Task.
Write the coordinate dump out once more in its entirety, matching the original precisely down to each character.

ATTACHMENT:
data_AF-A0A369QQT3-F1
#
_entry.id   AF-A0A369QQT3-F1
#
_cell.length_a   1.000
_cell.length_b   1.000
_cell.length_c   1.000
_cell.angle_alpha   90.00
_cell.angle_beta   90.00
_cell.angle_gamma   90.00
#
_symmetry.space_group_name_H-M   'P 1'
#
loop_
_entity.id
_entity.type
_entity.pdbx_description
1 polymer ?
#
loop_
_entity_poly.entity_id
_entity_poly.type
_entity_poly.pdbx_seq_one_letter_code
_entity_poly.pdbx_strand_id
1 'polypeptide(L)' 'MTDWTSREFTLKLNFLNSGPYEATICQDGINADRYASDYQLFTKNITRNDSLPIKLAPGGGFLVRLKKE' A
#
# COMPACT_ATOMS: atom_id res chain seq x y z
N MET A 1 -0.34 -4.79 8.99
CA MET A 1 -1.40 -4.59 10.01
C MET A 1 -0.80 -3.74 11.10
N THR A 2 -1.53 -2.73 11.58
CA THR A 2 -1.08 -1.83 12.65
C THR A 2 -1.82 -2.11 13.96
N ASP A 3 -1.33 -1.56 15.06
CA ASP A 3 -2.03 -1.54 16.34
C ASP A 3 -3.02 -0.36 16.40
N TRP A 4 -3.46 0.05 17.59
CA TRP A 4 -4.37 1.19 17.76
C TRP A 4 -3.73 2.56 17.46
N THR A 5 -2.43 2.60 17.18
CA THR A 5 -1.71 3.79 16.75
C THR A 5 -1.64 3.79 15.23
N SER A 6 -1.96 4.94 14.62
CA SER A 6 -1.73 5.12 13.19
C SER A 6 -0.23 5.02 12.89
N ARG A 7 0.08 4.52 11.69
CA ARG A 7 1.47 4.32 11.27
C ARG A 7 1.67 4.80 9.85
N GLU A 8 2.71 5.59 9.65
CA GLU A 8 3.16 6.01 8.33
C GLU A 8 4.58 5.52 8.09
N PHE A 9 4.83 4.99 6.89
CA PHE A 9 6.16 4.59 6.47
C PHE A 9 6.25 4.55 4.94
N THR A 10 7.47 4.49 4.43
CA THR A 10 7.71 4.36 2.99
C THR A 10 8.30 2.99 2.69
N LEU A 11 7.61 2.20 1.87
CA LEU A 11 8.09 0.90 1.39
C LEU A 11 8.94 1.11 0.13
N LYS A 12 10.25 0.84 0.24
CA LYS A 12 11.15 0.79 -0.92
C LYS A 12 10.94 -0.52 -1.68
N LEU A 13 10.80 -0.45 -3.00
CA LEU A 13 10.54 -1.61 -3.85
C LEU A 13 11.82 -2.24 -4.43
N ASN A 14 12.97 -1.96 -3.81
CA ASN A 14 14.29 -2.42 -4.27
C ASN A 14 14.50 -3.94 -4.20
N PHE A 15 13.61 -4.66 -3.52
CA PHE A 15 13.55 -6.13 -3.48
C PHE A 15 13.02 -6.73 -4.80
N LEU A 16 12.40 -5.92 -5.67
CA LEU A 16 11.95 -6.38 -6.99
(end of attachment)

data_AF-A0A369QQT3-F1
#
_entry.id   AF-A0A369QQT3-F1
#
_cell.length_a   1.000
_cell.length_b   1.000
_cell.length_c   1.000
_cell.angle_alpha   90.00
_cell.angle_beta   90.00
_cell.angle_gamma   90.00
#
_symmetry.space_group_name_H-M   'P 1'
#
loop_
_entity.id
_entity.type
_entity.pdbx_description
1 polymer ?
#
loop_
_entity_poly.entity_id
_entity_poly.type
_entity_poly.pdbx_seq_one_letter_code
_entity_poly.pdbx_strand_id
1 'polypeptide(L)' 'MTDWTSREFTLKLNFLNSGPYEATICQDGINADRYASDYQLFTKNITRNDSLPIKLAPGGGFLVRLKKE' A
#
# COMPACT_ATOMS: atom_id res chain seq x y z
N MET A 1 -0.34 -4.79 8.99
CA MET A 1 -1.40 -4.59 10.01
C MET A 1 -0.80 -3.74 11.10
N THR A 2 -1.53 -2.73 11.58
CA THR A 2 -1.08 -1.83 12.65
C THR A 2 -1.82 -2.11 13.96
N ASP A 3 -1.33 -1.56 15.06
CA ASP A 3 -2.03 -1.54 16.34
C ASP A 3 -3.02 -0.36 16.40
N TRP A 4 -3.46 0.05 17.59
CA TRP A 4 -4.37 1.19 17.76
C TRP A 4 -3.73 2.56 17.46
N THR A 5 -2.43 2.60 17.18
CA THR A 5 -1.71 3.79 16.75
C THR A 5 -1.64 3.79 15.23
N SER A 6 -1.96 4.94 14.62
CA SER A 6 -1.73 5.12 13.19
C SER A 6 -0.23 5.02 12.89
N ARG A 7 0.08 4.52 11.69
CA ARG A 7 1.47 4.32 11.27
C ARG A 7 1.67 4.80 9.85
N GLU A 8 2.71 5.59 9.65
CA GLU A 8 3.16 6.01 8.33
C GLU A 8 4.58 5.52 8.09
N PHE A 9 4.83 4.99 6.89
CA PHE A 9 6.16 4.59 6.47
C PHE A 9 6.25 4.55 4.94
N THR A 10 7.47 4.49 4.43
CA THR A 10 7.71 4.36 2.99
C THR A 10 8.30 2.99 2.69
N LEU A 11 7.61 2.20 1.87
CA LEU A 11 8.09 0.90 1.39
C LEU A 11 8.94 1.11 0.13
N LYS A 12 10.25 0.84 0.24
CA LYS A 12 11.15 0.79 -0.92
C LYS A 12 10.94 -0.52 -1.68
N LEU A 13 10.80 -0.45 -3.00
CA LEU A 13 10.54 -1.61 -3.85
C LEU A 13 11.82 -2.24 -4.43
N ASN A 14 12.97 -1.96 -3.81
CA ASN A 14 14.29 -2.42 -4.27
C ASN A 14 14.50 -3.94 -4.20
N PHE A 15 13.61 -4.66 -3.52
CA PHE A 15 13.55 -6.13 -3.48
C PHE A 15 13.02 -6.73 -4.80
N LEU A 16 12.40 -5.92 -5.67
CA LEU A 16 11.95 -6.38 -6.99